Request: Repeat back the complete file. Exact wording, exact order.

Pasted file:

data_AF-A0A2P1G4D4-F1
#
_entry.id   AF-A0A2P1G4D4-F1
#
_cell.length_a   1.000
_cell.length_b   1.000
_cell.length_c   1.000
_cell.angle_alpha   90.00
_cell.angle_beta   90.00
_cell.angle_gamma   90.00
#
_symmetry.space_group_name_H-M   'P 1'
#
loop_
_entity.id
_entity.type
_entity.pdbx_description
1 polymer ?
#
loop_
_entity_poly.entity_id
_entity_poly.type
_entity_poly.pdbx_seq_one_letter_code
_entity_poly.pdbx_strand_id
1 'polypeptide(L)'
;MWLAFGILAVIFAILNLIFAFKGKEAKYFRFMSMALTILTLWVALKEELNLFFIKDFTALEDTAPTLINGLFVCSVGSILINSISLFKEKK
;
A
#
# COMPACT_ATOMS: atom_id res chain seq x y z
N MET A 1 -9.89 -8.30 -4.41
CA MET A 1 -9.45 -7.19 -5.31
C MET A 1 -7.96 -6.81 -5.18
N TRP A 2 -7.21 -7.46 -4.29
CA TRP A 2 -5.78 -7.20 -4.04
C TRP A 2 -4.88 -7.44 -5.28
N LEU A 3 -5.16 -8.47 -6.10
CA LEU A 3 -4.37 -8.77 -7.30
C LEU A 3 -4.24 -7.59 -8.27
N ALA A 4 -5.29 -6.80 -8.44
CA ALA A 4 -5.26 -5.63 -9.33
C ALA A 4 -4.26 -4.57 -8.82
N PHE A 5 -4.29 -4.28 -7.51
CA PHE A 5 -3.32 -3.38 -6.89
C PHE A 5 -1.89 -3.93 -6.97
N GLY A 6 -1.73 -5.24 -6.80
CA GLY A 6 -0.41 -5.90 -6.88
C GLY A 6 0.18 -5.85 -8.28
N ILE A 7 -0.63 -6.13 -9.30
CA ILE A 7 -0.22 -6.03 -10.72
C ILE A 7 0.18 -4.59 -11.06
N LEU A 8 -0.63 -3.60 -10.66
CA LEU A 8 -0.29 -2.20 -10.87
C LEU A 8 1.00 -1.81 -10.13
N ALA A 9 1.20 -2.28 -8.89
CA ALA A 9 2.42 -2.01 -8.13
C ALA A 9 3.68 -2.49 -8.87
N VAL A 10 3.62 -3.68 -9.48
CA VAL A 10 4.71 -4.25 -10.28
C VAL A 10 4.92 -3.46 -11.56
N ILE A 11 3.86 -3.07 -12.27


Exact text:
data_AF-A0A2P1G4D4-F1
#
_entry.id   AF-A0A2P1G4D4-F1
#
_cell.length_a   1.000
_cell.length_b   1.000
_cell.length_c   1.000
_cell.angle_alpha   90.00
_cell.angle_beta   90.00
_cell.angle_gamma   90.00
#
_symmetry.space_group_name_H-M   'P 1'
#
loop_
_entity.id
_entity.type
_entity.pdbx_description
1 polymer ?
#
loop_
_entity_poly.entity_id
_entity_poly.type
_entity_poly.pdbx_seq_one_letter_code
_entity_poly.pdbx_strand_id
1 'polypeptide(L)'
;MWLAFGILAVIFAILNLIFAFKGKEAKYFRFMSMALTILTLWVALKEELNLFFIKDFTALEDTAPTLINGLFVCSVGSILINSISLFKEKK
;
A
#
# COMPACT_ATOMS: atom_id res chain seq x y z
N MET A 1 -9.89 -8.30 -4.41
CA MET A 1 -9.45 -7.19 -5.31
C MET A 1 -7.96 -6.81 -5.18
N TRP A 2 -7.21 -7.46 -4.29
CA TRP A 2 -5.78 -7.20 -4.04
C TRP A 2 -4.88 -7.44 -5.28
N LEU A 3 -5.16 -8.47 -6.10
CA LEU A 3 -4.37 -8.77 -7.30
C LEU A 3 -4.24 -7.59 -8.27
N ALA A 4 -5.29 -6.80 -8.44
CA ALA A 4 -5.26 -5.63 -9.33
C ALA A 4 -4.26 -4.57 -8.82
N PHE A 5 -4.29 -4.28 -7.51
CA PHE A 5 -3.32 -3.38 -6.89
C PHE A 5 -1.89 -3.93 -6.97
N GLY A 6 -1.73 -5.24 -6.80
CA GLY A 6 -0.41 -5.90 -6.88
C GLY A 6 0.18 -5.85 -8.28
N ILE A 7 -0.63 -6.13 -9.30
CA ILE A 7 -0.22 -6.03 -10.72
C ILE A 7 0.18 -4.59 -11.06
N LEU A 8 -0.63 -3.60 -10.66
CA LEU A 8 -0.29 -2.20 -10.87
C LEU A 8 1.00 -1.81 -10.13
N ALA A 9 1.20 -2.28 -8.89
CA ALA A 9 2.42 -2.01 -8.13
C ALA A 9 3.68 -2.49 -8.87
N VAL A 10 3.62 -3.68 -9.48
CA VAL A 10 4.71 -4.25 -10.28
C VAL A 10 4.92 -3.46 -11.56
N ILE A 11 3.86 -3.07 -12.27